CHICAGO – Northwestern head football coach Pat Fitzgerald formally announced a 15-man recruiting class Tuesday afternoon during a press conference and reception at Ditka’s restaurant in Chicago.
During his press conference, Fitzgerald offered insight into his class but also dodged some questions about some of his program’s and the school’s policies when it comes to recruiting. Here are some of the highlights from the 35-minute press conference:
- Out of the class’s 15 members, four of them hail from Illinois. According to 247 Sports, Northwestern secured the fifth, sixth and seventh best recruits in the state. All three of those newcomers are from the Chicago area.
“We felt like we dominated Chicagoland again,” Fitzgerald said. “We went out and hard targeted young men that we felt fit our program. If you see the young men that have joined our program in the past, the backbone of our roster is always going to be Chicagoland.”
- According to Fitzgerald, Northwestern offered 66 scholarships to recruits for the class of 2014. The program, he said, is pleased with its success rate in landing the players it wanted.
“I don’t know what’s out there in the dot-come sites,” Fitzgerald said referring to his distaste of the internet, “but basically we had about a 22-percent hit ratio. So for every scholarship we offered, we hit on about 22 percent, which is an unbelievable hit ratio.”
- When compared to other major programs, Northwestern’s 15-man class is relatively small. Fitzgerald, though, credits his current players’ ability to stay out of trouble, leading to few open scholarships left vacated by current members of the team.
“At Northwestern, we have very little attrition,” Fitzgerald said. “We don’t lose players academically. We don’t lose players because of poor social decisions and things of that nature. So the attrition level at our program is very low.”
- For the first time at Northwestern, a member of an incoming recruiting class has enrolled during winter quarter after graduating high school early. Cornerback Parrker Westphal of Bollingbrook, Ill., the highest rated player, according to 247 Sports, in Northwestern’s class started classes at Northwestern in January.
“The only young man that I’ve got a chance to work with so far is Parrker since he early enrolled,” Fitzgerald said. “I’ve only been with him at three workouts because I’ve been on the road and I’ve watched him.
“The best analogy I can give for the transition from high school to college,” he continued, “and I think this is across the board the way it works as I’ve talked to my colleagues, is when you go the water fountain in high school, you get a nice trickle of water. You’re really happy about that water. Then, all of the sudden, you go to that same water fountain and a fire hose smacks you in the face. That’s what Parrker’s going through right now...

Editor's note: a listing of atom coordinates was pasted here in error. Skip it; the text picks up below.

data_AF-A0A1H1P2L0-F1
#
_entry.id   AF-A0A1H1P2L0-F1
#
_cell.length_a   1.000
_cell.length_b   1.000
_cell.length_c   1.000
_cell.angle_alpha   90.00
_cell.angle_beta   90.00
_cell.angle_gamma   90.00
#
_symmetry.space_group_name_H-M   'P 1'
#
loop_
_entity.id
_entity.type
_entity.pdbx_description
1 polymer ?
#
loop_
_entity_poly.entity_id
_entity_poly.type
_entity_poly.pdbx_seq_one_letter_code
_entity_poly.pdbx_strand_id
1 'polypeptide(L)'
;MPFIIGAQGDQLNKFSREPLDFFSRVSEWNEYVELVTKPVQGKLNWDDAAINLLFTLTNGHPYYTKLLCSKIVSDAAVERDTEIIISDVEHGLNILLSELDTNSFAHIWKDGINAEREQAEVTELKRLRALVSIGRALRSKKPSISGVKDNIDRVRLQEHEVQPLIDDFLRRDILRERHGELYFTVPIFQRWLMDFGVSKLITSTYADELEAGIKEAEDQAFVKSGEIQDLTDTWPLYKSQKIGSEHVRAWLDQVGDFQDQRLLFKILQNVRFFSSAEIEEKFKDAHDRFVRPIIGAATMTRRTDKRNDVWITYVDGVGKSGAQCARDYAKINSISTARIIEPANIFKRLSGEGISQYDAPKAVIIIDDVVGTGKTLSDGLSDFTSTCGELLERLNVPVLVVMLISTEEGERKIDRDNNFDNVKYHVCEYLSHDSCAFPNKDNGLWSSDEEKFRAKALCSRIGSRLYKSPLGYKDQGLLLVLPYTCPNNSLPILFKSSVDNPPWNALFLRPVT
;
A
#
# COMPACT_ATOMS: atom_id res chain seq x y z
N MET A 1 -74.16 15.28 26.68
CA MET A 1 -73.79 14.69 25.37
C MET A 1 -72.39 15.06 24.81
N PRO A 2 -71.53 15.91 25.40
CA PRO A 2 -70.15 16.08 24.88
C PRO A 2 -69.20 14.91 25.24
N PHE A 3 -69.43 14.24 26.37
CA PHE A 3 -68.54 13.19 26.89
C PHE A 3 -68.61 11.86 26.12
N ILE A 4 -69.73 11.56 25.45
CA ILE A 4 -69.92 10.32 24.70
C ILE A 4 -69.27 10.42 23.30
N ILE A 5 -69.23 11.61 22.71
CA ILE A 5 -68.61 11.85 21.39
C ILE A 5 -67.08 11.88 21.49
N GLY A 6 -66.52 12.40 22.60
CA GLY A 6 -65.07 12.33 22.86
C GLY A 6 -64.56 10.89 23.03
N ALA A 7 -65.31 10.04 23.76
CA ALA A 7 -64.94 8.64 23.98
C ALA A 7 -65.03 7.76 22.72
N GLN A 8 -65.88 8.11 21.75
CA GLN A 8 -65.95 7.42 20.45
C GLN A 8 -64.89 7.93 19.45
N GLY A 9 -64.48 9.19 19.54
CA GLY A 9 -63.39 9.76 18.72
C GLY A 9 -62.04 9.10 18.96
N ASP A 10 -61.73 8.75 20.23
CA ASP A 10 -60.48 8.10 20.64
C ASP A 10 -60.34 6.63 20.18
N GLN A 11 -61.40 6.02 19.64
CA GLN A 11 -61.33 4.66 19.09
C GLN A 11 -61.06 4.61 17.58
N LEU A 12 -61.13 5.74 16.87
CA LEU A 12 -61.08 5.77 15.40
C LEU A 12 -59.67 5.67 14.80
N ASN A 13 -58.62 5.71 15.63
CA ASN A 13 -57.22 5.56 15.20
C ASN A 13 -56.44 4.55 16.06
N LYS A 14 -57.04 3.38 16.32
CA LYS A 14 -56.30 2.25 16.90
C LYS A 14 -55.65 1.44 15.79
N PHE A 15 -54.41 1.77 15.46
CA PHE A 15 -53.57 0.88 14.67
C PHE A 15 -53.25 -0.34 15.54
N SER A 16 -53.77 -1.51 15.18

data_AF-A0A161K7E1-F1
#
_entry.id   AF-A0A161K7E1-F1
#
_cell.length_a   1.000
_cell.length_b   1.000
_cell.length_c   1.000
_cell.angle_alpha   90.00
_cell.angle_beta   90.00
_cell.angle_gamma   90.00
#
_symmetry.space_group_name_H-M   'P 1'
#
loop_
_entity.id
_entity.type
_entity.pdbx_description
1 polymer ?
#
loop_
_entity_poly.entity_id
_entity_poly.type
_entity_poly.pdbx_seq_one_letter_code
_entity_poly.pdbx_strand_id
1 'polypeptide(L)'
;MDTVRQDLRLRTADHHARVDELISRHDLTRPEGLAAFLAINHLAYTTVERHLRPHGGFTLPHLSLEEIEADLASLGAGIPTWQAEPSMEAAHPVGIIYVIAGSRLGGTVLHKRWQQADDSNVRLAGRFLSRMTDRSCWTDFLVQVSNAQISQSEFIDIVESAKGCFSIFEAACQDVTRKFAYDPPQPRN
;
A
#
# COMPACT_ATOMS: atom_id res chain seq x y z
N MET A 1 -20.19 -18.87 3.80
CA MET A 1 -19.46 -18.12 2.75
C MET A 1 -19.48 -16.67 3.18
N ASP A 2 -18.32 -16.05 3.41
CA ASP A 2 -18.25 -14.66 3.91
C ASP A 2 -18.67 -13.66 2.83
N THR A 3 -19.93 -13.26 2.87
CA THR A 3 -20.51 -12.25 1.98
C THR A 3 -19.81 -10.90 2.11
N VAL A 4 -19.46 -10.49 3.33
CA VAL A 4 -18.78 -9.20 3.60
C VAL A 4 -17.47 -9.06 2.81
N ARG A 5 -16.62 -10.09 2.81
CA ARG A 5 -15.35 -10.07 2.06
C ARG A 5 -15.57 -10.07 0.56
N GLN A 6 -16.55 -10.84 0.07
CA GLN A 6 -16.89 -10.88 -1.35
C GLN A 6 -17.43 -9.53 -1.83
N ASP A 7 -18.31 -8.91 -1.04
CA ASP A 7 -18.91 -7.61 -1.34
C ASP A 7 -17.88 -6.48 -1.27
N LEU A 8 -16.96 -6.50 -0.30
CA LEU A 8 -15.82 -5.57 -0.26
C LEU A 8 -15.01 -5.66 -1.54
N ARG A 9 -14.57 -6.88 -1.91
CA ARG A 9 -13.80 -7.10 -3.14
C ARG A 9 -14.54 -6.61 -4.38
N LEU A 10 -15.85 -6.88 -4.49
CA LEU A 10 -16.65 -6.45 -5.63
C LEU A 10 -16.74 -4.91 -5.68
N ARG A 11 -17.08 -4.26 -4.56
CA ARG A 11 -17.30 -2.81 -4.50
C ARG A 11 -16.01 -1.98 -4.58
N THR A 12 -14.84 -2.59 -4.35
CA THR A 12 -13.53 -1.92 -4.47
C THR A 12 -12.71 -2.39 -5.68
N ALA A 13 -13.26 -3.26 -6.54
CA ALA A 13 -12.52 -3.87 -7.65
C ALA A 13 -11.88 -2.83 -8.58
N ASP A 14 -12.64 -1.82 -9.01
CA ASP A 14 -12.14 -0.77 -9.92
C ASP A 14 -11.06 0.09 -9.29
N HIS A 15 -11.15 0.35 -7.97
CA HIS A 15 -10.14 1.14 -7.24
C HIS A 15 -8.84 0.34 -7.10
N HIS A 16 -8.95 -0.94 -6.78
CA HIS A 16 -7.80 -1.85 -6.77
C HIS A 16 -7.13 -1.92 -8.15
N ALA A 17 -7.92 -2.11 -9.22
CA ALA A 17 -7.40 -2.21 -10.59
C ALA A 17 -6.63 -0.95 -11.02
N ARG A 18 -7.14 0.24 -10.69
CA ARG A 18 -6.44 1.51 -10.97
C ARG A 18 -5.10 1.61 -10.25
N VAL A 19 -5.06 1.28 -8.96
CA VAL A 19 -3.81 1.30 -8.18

“That first month is like getting smacked with a fire hose. He’s handled it really well. He went from kind of being a senior and things were going great to midterms in about three weeks. But he’s doing terrific. He’s learning how to be a Wildcat. He’s doing a great job at it.”
- One of the reasons Westphal was able to enroll early was because of some “changes” Northwestern made, according to Fitzgerald.
“There’s been some systemic changes with the University that has allowed us to have some more flexibility,” he said. “So we are very thankful for that and we will see how things progress on a case-by-case basis.”
When asked about what those changes addressed, Fitzgerald wouldn’t give a straight answer.
“No it has nothing to do with [early enrollment or gray-shirting], it just gives us an opportunity to do that,” Fitzgerald said. “You confused? That’s code for ‘none of your business.’ In all honesty, it’s just some opportunities that we have open to us now that we didn’t have in the past. We’ll see how it works out.”
- Another policy Fitzgerald spoke on is his stance on players that committed to Northwestern that want to take a visit at another school.
“At the end of the day, we’re going to do what’s right for Northwestern, period. That’s what I’m here to do. We’re going to do what’s right for our program. We’re going to protect our program. We’re going to protect with doing things the right way with great integrity and honesty. If we don’t get it in return, we’re going to move on to the next kid… That’s at the core of what we’re going to do… I don’t have a policy to hand you,” Fitzgerald said.
- Throughout the press conference, Fitzgerald constantly remarked about how the internet has changed recruiting. For example, he used a phrase such as “triple hashtag” while expressing that his program doesn’t want to become too involved in social media. Some of his concerns about this new age in recruiting deal with how recruits perceive themselves based on the media attention.
“I’m very concerned about the inflation of ego,” Fitzgerald said. “I think that that’s something families have to be very careful and conscious of. This will be the hardest transition any young man goes through in his life.
“This is hard. This is the first time leaving the nest, the first time really being out on your own, the first time making a big decision, getting away from your entire support network, playing a game that you love but for the first time actually playing against competition that is as good if not better. How are you going to handle all those types of things?... That’s the reality… Now these guys are getting so much hype on their shoulders, I don’t know how they can be as successful as the hype. As a 17- or 18-year-old, that’s a huge challenge”